Director: Benedikt Erlingsson
Cast: Ingvar Eggert Siggurrȍson, Maria Ellingsen, Kristbjȍrg Kjeld
Running Time: 81 min
Plot: In the harsh Icelandic valley that this film’s characters manage to call home, horse rearing is – and has always been -a way of life. It is also an enabler of death, and on occasion the sole* cause of it.
*or should that be hoof HAHA
Icelandic honour is all in its tradition. In Of Horses and Men the tradition honoured is that of riding on large mammals, a hobby and a way of life that has been carried on for many thousands of years. Humans will be humans though, and the isolated community of offbeam nutjobs that live in this remote windswept ravine look beyond their everyday equine thrills to other more gratifying indulgences. Unrequited lusts, bitter neighbourly disputes and inadvisably lengthy bouts of inebriation pervade the interlocking lives of every character in this acidulously black comedy. Horses stand in the middle of this circle of madness, reflecting and projecting the same base impulses and petty concerns of their supposedly more sophisticated owners.
As horse and rider coalesce to charge across the patina of greys and greens that make up their stomping ground, the galloping rhythmic score carries you along with a mesmerising lyricism that you certainly won’t find watching Sea Biscuit, Channel 4 racing or any Western flick you probably wouldn’t care to mention. Grandiose and cerebral while maintaining an intensely bitter, un-romanticised perspective on the lives of horses and men, this is a celebration of a very unique lifestyle, made by the people that live it. Riding looks like an empowering experience, and if that activity didn’t appeal to you beforehand then it will afterwards – if only this writer wasn’t cripplingly allergic to horses.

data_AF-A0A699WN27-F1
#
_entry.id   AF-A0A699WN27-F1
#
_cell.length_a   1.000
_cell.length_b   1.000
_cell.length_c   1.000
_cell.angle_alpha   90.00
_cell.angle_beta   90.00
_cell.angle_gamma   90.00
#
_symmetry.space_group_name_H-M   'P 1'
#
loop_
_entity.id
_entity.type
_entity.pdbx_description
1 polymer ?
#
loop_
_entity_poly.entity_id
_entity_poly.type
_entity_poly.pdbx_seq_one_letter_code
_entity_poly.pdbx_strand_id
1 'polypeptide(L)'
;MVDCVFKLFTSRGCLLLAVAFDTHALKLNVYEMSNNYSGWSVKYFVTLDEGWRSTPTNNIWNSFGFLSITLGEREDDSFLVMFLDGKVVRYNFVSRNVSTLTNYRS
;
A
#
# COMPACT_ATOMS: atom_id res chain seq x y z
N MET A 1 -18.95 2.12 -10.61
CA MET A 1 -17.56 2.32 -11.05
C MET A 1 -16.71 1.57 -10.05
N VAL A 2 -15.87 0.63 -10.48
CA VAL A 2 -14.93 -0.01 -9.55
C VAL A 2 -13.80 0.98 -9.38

Then again, if you’re struggling to write a mere*250 words on a film, it’s perhaps an indication that it’s not really worth a trip to the cinema to see.
*Or should that be mare hahahhahplease kill me in my sleep